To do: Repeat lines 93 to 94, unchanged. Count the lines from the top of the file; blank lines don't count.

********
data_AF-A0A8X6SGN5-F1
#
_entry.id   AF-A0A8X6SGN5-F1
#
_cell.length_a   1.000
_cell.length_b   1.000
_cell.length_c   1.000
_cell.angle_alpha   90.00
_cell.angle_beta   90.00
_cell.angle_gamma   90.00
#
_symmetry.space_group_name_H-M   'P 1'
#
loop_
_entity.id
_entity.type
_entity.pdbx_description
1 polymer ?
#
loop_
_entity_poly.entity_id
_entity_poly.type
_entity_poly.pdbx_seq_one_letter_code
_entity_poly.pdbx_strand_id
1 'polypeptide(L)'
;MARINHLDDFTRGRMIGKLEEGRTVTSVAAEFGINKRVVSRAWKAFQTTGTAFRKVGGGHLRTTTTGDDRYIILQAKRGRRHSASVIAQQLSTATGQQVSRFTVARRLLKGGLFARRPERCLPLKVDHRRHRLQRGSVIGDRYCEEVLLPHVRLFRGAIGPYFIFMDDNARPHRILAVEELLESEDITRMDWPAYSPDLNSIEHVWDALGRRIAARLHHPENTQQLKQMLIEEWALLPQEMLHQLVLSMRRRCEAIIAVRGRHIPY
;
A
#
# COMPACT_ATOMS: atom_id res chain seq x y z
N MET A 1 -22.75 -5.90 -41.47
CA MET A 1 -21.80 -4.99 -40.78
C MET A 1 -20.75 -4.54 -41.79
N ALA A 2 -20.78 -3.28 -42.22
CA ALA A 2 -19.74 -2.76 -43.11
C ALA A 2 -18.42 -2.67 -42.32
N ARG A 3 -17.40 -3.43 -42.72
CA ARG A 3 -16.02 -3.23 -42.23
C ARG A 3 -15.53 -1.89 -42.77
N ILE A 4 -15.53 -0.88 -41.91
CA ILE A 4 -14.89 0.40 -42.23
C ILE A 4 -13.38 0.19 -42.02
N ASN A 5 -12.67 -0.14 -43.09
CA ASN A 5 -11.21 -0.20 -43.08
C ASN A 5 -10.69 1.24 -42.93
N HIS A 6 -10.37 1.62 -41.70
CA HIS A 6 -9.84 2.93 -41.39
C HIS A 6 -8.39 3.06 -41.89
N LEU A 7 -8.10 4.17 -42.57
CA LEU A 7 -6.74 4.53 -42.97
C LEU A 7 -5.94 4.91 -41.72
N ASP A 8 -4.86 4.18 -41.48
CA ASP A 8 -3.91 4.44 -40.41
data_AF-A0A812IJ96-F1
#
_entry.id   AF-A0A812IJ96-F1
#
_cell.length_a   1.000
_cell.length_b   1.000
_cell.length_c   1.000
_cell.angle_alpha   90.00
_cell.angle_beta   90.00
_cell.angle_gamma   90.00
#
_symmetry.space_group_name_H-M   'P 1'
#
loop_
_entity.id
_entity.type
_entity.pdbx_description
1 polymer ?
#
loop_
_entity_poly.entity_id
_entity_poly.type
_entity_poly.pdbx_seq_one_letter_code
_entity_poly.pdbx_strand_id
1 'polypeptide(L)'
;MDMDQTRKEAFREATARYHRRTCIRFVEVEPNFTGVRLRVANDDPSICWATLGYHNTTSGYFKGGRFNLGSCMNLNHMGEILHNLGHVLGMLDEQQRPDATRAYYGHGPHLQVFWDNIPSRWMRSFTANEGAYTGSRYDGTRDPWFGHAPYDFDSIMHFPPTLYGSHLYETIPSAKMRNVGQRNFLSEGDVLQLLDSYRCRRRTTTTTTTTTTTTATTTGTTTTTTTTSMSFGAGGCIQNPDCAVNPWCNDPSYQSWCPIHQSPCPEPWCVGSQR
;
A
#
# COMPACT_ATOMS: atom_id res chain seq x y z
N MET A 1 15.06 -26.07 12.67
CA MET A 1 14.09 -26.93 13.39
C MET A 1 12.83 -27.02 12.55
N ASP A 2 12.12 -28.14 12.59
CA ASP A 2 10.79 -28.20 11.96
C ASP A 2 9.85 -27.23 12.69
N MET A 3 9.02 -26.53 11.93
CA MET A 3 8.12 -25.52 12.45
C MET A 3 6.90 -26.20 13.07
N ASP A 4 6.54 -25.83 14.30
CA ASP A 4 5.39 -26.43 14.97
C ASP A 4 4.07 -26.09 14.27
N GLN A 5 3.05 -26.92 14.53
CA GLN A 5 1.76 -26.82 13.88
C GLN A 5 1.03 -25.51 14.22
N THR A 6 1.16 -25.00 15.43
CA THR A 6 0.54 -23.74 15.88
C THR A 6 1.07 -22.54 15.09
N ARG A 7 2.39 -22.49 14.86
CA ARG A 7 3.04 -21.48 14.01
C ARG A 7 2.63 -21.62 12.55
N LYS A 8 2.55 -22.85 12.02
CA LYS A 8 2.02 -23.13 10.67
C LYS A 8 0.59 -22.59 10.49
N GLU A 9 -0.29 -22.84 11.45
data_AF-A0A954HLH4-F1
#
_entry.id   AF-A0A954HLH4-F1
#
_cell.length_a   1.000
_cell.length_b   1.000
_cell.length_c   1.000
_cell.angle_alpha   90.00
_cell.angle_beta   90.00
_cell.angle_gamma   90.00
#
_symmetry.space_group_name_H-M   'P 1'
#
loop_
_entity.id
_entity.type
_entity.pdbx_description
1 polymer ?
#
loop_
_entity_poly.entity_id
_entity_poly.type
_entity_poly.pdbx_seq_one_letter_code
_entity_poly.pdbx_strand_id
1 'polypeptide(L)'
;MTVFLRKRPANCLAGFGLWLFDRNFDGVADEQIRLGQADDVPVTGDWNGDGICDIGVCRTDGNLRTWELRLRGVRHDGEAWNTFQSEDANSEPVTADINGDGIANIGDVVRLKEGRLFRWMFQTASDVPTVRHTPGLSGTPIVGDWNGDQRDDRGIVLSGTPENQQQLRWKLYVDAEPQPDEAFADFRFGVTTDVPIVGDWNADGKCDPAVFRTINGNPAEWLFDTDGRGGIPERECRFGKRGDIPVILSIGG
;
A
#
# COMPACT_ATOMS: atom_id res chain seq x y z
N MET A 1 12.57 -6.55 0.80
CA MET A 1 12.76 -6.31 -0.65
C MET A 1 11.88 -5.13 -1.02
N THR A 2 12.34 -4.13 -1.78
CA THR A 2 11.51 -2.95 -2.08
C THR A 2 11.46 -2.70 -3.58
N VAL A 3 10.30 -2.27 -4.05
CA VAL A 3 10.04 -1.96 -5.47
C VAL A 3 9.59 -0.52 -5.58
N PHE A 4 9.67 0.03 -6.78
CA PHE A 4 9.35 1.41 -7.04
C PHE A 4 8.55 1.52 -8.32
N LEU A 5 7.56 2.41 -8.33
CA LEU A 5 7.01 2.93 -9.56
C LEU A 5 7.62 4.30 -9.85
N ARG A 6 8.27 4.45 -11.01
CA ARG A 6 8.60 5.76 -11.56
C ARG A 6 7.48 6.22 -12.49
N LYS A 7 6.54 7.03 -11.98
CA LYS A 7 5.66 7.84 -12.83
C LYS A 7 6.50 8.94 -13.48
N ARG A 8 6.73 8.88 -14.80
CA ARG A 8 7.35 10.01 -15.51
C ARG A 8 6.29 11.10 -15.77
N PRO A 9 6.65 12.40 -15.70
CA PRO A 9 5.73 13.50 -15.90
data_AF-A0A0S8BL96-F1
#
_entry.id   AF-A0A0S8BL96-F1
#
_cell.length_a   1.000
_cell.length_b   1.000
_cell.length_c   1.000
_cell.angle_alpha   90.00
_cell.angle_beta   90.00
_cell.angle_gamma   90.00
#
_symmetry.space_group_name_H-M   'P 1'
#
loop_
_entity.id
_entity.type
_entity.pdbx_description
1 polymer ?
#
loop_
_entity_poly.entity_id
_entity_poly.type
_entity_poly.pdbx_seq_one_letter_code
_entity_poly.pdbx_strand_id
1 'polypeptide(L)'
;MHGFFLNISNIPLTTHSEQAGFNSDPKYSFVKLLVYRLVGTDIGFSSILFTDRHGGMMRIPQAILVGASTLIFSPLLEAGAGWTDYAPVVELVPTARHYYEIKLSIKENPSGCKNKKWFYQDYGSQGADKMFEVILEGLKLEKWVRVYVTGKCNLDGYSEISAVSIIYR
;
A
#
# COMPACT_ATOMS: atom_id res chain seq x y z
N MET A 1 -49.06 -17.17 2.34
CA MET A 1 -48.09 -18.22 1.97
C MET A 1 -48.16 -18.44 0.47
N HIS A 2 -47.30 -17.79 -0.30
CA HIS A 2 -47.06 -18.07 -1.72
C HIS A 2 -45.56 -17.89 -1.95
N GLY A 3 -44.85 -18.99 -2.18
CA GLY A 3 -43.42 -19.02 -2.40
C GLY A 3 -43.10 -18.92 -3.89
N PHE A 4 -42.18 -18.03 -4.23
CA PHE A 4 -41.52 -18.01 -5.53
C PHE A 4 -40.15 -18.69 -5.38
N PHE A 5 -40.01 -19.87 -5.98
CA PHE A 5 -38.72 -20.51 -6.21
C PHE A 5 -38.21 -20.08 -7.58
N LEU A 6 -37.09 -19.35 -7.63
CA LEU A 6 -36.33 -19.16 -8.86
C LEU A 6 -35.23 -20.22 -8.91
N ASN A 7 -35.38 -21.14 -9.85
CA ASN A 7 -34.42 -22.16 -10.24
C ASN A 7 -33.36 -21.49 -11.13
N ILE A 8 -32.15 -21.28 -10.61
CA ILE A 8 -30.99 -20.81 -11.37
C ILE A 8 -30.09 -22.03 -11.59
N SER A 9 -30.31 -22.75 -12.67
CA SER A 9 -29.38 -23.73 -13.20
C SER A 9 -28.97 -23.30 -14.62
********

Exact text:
N ASP A 4 6.54 -25.83 14.30
CA ASP A 4 5.39 -26.43 14.97